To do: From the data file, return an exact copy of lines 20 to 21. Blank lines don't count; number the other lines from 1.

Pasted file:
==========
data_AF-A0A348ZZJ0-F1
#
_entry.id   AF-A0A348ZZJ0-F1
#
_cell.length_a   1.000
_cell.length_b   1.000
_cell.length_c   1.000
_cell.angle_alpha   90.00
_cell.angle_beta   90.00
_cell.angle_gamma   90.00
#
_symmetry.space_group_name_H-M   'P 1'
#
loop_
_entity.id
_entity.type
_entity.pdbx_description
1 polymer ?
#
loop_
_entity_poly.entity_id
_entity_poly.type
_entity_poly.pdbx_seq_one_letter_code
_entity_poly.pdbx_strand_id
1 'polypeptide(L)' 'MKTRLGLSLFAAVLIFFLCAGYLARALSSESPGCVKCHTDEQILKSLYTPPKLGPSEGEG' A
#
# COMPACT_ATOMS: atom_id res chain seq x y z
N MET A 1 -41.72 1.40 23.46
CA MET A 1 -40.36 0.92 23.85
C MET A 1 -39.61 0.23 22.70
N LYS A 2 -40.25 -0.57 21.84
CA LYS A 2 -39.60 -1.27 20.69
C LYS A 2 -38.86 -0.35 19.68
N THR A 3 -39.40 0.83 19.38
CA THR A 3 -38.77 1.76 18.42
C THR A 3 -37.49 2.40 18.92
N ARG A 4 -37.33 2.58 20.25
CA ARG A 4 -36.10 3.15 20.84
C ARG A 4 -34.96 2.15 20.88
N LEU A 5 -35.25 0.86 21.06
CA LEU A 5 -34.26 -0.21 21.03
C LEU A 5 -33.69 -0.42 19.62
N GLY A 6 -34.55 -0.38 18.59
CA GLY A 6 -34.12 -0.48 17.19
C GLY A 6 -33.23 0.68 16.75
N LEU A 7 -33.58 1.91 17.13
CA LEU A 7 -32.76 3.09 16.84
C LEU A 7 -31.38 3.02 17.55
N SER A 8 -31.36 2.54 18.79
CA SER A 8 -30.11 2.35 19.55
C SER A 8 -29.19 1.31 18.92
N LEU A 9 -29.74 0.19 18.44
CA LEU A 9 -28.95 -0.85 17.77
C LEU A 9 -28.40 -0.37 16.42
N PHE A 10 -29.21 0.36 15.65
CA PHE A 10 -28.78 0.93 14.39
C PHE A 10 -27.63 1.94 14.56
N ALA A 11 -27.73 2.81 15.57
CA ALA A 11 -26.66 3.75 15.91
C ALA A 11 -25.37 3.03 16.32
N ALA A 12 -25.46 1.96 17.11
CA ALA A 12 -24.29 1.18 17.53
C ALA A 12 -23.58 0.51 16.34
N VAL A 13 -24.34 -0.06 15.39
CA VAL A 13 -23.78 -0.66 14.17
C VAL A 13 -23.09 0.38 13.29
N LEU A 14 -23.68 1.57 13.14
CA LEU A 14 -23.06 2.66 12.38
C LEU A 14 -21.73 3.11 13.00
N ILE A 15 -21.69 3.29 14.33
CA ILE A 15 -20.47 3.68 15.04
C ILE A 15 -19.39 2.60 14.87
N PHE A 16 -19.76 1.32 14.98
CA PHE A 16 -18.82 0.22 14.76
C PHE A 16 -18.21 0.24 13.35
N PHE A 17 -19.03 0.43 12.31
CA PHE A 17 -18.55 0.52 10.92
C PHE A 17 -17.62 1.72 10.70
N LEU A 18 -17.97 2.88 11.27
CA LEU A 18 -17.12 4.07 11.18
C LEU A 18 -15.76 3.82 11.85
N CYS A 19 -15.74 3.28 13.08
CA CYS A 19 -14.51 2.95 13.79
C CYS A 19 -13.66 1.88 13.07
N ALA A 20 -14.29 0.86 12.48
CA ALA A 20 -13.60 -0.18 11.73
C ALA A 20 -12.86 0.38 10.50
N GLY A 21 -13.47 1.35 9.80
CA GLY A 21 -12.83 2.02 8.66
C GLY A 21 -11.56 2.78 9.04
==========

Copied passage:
loop_
_entity_poly.entity_id